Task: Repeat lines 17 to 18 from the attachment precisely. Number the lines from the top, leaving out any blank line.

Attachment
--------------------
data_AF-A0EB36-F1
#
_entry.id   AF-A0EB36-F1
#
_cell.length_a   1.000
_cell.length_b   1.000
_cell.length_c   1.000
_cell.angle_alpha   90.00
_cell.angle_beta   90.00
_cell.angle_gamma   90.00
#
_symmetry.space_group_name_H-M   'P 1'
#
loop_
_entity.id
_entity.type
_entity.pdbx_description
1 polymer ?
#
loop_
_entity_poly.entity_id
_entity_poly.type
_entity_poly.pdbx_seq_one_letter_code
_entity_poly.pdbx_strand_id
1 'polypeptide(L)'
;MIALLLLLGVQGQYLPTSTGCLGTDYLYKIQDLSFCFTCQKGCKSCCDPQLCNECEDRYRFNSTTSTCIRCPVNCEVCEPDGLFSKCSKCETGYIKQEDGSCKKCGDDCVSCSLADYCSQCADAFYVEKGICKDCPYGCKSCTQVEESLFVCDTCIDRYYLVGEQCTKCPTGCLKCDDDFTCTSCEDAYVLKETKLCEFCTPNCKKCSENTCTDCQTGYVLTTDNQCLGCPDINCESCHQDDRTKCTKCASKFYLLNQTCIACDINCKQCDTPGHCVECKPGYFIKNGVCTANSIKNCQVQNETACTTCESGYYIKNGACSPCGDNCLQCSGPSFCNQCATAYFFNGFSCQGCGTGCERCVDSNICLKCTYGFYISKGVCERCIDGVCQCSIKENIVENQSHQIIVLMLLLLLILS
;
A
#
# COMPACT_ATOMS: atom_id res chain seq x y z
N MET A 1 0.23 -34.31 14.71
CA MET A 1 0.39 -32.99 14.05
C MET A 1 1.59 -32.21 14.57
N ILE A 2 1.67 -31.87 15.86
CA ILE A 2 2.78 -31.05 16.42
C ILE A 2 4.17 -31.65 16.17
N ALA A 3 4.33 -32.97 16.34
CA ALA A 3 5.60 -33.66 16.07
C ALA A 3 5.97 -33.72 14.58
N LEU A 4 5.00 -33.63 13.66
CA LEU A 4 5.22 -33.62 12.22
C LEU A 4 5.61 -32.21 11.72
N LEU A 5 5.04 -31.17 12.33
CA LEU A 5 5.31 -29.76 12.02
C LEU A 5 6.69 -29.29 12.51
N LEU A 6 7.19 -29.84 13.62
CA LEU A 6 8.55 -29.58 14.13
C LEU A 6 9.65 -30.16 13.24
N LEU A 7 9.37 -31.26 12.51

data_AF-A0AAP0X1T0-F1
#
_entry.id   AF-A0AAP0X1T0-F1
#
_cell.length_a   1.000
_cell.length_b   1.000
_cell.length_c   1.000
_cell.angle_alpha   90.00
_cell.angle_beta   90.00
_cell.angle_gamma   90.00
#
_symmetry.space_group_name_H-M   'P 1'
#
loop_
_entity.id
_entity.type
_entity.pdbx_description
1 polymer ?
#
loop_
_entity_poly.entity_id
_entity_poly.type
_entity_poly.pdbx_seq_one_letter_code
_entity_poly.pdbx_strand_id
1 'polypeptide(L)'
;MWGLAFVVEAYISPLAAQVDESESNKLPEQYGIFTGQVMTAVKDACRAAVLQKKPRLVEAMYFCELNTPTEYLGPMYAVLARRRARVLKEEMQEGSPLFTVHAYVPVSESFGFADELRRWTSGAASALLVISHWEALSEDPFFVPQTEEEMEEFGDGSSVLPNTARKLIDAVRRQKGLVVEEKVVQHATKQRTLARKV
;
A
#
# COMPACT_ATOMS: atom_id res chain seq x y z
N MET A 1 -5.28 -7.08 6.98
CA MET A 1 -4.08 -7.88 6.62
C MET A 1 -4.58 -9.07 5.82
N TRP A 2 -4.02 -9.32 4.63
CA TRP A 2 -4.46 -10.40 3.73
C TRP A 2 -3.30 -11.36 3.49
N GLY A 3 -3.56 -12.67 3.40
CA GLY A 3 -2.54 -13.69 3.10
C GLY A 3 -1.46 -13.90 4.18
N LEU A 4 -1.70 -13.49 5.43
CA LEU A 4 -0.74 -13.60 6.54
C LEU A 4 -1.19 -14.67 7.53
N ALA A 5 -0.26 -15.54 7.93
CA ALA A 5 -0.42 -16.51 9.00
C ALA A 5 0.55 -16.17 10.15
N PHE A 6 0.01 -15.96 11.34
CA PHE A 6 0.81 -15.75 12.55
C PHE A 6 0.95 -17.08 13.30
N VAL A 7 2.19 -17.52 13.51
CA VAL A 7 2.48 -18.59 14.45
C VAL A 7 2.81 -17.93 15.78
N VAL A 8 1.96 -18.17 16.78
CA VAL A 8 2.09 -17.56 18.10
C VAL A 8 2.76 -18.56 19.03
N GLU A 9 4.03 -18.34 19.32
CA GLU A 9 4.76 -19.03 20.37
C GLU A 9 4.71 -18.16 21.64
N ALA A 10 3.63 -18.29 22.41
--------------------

_entity.pdbx_description
1 polymer ?